Hi Alex, I see in your examples section the pulling data from various cryptocurrency API's. I see a lot of potential in your product through targeting the cryptocurrency market. Is this a direct goal of yours or just a use case?


I'd classify it as a budding use case but one we're really interested in! Anything specific you're trying to do or would like to see Parabola support? Would love to hear more - hi [at] parabola.io


It would be cool to have the tool working also in offline scenarios, where no internet connection is possible, tough an automated workflow is still needed/possible


What kind of integrations would you expect in an offline feature? Do you have a specific use case in your industry?


Payments, PCI DSS for instance.


Hi, I'm curious -- what are the underlying technologies?


I noticed they were using jsPlumb https://jsplumbtoolkit.com/ for the UI builder


Greetings!

I'll get straight to the point. I've used Node-Red (https://nodered.org) in building my own IoT network along with automating quite a lot of things. I run my own Node-Red instance locally as well as online. Node-red has 1500 different functionality plugins, including things like "push flow to another node-red installation". Node-red also uses javascript as its frontend and backend. I can share whole code by giving someone the js block - which means that backing up flows is trivial. Sharing is also as easy.

So, I looked at your solution. It seems like a prettified version of Node-red with backup, js, and lack of ecosystem.

So, what's your buy-in? What're you doing better than a spare VPS running node-red? Not everyone is going to install and maintain a server.... but you're here on HN. I'd say that 95% or higher could get Nodered up and running here.


I suppose with that logic you don’t even need node red. You could just put your requirements into a .js file.

What’s your buy-in? What are you doing with node red that can’t be done with a text editor and npm?


That's certainly reducto-ad-absurdum if iv'e ever seen one.

They're both in the realm of "graphical programming language in the browser". One is a pay-per-$something, and the other is libre/gratis.

And sure, you could use backend js to write scripts to do $thing, but requires a lot of setup to work with different APIs. So absolutely no, js+text editor is nowhere near the same.


My time is more valuable than running, managing, maintaining, and monitoring a VPS just to save $180/mo.

If I've saved 1.5 hours, it's paid for itself, and I've been freed up to be productive on other things, like watching YouTube.


With cloud functions you don’t really need to do any of that


Thanks to the pointer for Node Red; I saw it on my Pi and forgot about it. It's pretty impressive (esp since it's got IBM all over it).


I’ve seen a lot of attempts at this product, and none have really caught my eye. Looks like you really nailed it. Btw, great marketing website. The use cases section is critical and it’s amazing how many sites miss that.

As others have alluded to, the challenge will be when users need to do something non-standard with the data. From your comments, it sounds like everything is built in JS. Is your multitenancy isolated enough that you would be able to build a JS scripting engine? That is, to enable power users to drop in some custom logic when they need to, by writing JS against a simple API.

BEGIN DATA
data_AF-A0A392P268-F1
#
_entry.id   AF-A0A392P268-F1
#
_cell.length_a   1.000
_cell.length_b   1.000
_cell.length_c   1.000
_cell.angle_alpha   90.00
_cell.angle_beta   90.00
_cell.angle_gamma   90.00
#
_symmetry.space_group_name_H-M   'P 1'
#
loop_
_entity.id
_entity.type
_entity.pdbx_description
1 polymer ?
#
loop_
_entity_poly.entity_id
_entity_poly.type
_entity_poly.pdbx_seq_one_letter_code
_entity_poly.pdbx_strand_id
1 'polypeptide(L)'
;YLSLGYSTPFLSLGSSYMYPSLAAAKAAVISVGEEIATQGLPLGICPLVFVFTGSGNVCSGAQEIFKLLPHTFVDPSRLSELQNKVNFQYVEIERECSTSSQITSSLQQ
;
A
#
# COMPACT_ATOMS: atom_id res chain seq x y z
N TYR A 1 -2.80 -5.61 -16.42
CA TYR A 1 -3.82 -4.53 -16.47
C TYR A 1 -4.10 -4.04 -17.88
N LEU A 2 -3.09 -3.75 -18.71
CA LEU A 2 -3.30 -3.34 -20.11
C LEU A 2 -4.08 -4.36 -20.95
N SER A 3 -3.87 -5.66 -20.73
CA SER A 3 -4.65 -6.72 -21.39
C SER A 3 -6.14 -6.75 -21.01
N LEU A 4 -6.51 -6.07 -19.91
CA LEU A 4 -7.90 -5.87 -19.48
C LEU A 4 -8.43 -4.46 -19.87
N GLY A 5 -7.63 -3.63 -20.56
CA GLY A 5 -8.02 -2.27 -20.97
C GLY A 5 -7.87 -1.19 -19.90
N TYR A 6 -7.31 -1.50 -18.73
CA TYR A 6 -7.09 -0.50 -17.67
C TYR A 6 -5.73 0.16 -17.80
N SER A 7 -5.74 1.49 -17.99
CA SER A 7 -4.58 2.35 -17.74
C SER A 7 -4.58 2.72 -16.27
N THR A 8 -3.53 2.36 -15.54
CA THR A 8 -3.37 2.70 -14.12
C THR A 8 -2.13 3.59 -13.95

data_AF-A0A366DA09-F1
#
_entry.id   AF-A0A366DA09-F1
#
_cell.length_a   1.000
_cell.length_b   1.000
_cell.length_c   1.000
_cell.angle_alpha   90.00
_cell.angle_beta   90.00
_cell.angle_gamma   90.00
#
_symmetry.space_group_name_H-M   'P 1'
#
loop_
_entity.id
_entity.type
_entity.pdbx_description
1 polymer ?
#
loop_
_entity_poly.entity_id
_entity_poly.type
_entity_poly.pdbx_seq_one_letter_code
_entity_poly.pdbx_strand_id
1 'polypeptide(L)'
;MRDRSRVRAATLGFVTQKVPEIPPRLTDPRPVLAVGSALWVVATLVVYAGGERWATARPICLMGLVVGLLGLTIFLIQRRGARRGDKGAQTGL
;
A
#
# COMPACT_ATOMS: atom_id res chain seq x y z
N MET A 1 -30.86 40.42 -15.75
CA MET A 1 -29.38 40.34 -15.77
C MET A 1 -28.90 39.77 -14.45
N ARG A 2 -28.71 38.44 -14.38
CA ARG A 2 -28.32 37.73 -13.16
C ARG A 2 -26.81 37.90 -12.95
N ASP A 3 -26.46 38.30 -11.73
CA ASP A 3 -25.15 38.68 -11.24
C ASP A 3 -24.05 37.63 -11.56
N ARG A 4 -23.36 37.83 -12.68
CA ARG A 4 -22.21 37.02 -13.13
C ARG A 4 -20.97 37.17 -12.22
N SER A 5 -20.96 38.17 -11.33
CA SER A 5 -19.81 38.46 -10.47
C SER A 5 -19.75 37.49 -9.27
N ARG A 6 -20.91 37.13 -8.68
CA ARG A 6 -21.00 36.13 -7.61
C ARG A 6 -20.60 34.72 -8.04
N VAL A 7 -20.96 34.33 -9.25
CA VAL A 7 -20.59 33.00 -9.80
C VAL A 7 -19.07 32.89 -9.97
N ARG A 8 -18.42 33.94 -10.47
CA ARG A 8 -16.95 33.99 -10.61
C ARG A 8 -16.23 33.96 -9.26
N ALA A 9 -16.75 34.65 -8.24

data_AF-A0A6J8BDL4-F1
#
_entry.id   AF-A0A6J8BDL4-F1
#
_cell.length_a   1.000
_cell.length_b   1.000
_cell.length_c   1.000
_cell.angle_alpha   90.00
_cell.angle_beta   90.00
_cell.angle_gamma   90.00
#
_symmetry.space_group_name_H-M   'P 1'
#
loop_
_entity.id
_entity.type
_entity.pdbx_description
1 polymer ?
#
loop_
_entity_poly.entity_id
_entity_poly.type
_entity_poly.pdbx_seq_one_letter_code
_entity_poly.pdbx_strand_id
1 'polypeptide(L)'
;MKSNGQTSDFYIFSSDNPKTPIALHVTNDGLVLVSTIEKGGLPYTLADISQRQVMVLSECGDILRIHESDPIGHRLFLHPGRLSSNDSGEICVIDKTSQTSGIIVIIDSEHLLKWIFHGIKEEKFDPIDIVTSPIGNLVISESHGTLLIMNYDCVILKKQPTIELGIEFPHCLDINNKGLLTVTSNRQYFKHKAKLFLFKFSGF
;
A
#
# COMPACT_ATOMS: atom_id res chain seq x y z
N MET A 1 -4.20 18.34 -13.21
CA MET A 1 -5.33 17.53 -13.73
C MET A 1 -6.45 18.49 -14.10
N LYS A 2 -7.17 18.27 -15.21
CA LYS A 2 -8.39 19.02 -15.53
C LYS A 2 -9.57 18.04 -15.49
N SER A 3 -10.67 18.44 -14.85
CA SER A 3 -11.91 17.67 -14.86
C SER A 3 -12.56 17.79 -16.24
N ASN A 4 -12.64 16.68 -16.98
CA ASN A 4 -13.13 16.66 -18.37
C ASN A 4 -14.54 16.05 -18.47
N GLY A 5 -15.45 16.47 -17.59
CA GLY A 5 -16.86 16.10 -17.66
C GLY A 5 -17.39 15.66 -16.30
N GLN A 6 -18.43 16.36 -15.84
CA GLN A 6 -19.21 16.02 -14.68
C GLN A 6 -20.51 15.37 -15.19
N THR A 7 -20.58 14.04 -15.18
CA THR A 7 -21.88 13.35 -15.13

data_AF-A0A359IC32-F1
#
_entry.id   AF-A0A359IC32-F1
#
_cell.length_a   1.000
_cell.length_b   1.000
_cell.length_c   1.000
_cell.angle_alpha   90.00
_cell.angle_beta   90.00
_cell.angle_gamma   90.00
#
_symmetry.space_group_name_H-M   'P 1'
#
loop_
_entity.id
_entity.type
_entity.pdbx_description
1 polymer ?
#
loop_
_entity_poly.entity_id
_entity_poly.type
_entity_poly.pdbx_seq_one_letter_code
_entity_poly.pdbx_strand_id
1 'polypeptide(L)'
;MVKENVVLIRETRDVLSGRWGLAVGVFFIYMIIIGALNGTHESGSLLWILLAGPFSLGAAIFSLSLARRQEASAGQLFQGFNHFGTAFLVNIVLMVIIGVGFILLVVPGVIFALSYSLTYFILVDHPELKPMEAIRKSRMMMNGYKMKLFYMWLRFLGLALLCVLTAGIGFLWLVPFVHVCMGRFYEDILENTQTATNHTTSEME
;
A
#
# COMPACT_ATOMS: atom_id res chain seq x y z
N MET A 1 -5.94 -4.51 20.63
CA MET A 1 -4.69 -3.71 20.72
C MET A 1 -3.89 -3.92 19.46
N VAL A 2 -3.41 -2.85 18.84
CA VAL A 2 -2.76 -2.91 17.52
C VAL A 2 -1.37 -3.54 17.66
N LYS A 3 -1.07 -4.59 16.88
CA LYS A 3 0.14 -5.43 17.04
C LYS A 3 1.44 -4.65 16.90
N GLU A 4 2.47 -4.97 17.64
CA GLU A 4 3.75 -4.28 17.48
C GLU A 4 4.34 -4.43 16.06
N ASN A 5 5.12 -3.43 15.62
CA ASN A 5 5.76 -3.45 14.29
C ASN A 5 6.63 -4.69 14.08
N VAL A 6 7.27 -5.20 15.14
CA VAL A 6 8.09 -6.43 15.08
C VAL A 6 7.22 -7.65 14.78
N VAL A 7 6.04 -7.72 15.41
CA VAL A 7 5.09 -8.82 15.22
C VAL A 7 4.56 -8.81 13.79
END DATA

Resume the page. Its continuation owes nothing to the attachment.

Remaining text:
How long ago did you launch? How did you find your first customers, and are they happy with the product?

Also would be keen to hear the story of your journey to product/market fit. Did the product always look like this? Did you talk to users as you built it? It’s such an ambitious project, I’d be scared I was building the wrong thing for months while getting to launch. But it seems like you’ve already hit product/market fit, so kudos for that.


This feels like https://ballerina.io/ but for non-programmers, and with SaaS integrations built-in. I've spent so much time moving CSV between systems at an ecommerce company.

Congrats on the launch, this looks awesome! Would love to learn more about how it was built.


Thanks @adamfeldman. Parabola originally was pure JS: running the majority of each step function of the language in the user’s browser, making use of some python API endpoints and React and Immutable.js for some performance enhancements to know when steps needed to be calculated and rendered.

Given there are definite limitations with browser based JS and user’s systems, we’re now a fully cloud based compute environment. As users make changes in our React UI, we send the work to a queue and then distribute it by parsing the flow tree across various node worker servers so steps can run in parallel (if your flow is built that way). Each step is self contained and we then use sockets (powered by PubNub) to notify the UI of changes.


This is a great way to scale your system. Well done.

AWS Lambda is fairly reliable for running untrusted functions (as well as trusted functions with carefully managed inputs) at scale for customers, but any function provider should work well for this purpose (as long as their container lifecycle meets your needs).


Can I ask what cloud products you use and the provider? Azure, AWS GC?



Obviously this is meant for companies or individuals without developers or technical skills. If you have the technical knowledge a lock in service like this doesn't make much sense.

The problem is that someone without a technical background won't initially see the value in a tool like this and I doubt non technical companies/individuals will need as much automation to justify it's price.